When an ALU performs a floating point division operation using the non-restoring or the SRT algorithm, it maintains the current value of the "remainder" (in quotes, because it is not a true non-negative remainder) in a scratch register. After the operation, the quotient is presented in a user-visible location, and the contents of the scratch register are of no consequence.
However, if a user-visible register is used as the scratch, specifying its contents in all cases is too bothersome. For example, in the BESM-6, the instruction set manual leaves the contents of the accumulator extension register, normally holding the least significant bits of the mantissa after the FP additions or multiplications, unspecified after a division operation (another source explicitly says that it is undefined). I have not heard of attempts to reverse-engineer the value of that register after a division operation and to use it to speed up computation of the remainder.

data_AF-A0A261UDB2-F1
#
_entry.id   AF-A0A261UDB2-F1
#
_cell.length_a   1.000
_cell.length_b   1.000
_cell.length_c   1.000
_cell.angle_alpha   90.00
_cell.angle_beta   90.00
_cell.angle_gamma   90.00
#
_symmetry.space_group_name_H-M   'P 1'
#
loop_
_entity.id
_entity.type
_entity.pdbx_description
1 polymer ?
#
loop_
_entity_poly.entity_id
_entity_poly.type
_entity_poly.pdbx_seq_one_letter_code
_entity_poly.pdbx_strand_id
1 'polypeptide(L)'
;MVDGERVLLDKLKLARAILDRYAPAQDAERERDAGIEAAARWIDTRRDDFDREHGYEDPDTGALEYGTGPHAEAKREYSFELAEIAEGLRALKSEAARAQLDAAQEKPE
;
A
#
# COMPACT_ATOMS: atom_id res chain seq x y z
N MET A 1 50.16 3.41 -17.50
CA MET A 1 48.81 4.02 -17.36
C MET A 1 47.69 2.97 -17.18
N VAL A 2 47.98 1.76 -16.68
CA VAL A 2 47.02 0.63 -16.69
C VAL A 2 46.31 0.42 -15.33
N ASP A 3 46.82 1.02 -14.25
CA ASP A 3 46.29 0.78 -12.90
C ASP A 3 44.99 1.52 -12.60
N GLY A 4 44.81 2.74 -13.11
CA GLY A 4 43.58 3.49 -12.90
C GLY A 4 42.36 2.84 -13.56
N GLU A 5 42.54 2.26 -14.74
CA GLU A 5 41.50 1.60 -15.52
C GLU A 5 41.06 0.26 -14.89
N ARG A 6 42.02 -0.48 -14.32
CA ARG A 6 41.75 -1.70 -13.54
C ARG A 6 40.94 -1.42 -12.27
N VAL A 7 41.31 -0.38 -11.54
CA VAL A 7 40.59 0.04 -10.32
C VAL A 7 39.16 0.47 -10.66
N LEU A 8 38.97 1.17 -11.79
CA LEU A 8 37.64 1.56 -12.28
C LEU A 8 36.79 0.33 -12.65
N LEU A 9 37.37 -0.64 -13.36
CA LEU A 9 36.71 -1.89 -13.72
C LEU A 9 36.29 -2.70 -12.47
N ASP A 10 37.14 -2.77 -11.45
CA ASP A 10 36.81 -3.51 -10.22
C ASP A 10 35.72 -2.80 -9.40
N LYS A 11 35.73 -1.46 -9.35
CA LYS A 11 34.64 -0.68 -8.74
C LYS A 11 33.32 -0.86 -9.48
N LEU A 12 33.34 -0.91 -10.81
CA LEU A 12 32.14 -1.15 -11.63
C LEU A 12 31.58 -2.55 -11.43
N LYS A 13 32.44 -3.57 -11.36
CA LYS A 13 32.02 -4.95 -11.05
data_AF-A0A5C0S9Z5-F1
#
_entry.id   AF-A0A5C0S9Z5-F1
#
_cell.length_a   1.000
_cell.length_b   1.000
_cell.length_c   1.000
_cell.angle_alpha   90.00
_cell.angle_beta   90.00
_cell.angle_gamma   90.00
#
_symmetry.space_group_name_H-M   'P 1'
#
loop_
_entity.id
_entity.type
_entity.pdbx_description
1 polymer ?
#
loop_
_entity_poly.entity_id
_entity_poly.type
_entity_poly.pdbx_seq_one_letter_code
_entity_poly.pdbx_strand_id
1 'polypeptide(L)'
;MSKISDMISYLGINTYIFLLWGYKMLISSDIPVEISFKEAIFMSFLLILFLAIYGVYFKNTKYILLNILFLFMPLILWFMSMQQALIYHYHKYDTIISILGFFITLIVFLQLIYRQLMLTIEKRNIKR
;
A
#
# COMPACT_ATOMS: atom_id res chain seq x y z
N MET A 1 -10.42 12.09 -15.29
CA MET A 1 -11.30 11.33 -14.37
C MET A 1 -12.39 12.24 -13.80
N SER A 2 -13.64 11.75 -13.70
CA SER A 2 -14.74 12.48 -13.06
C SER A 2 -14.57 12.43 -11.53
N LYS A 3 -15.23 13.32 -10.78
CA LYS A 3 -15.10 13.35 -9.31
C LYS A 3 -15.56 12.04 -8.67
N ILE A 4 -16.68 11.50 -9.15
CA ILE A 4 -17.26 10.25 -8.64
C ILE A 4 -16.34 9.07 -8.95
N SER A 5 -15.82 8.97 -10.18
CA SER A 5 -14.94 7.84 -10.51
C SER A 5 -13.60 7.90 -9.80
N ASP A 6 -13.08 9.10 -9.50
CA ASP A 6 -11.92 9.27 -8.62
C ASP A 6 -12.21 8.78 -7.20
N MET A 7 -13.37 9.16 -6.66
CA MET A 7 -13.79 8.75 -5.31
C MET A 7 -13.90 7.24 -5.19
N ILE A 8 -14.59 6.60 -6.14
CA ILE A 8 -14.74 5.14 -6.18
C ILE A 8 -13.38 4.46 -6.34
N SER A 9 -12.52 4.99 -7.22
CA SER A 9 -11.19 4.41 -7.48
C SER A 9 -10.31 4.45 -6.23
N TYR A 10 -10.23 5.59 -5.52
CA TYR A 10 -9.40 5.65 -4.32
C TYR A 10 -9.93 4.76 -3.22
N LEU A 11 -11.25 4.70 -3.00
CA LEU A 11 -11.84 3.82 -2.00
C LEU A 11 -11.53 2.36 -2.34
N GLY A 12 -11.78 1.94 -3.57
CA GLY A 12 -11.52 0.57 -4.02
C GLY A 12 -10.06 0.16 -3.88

A narrow-scope question: Is it possible to use the scratch register of a non-restoring or SRT division to figure out the remainder?
Update: As a matter of fact, it is the "positive" bits of the quotient which are left in a user-visible register. Unfortunately, there does not seem to be anything useful to be gleaned from comparing those bits with the final result.
My main question is, has there been another case of an unspecified data register contents after any arithmetic operation in another CPU architecture and were there any attempts to reverse-engineer them for a good use?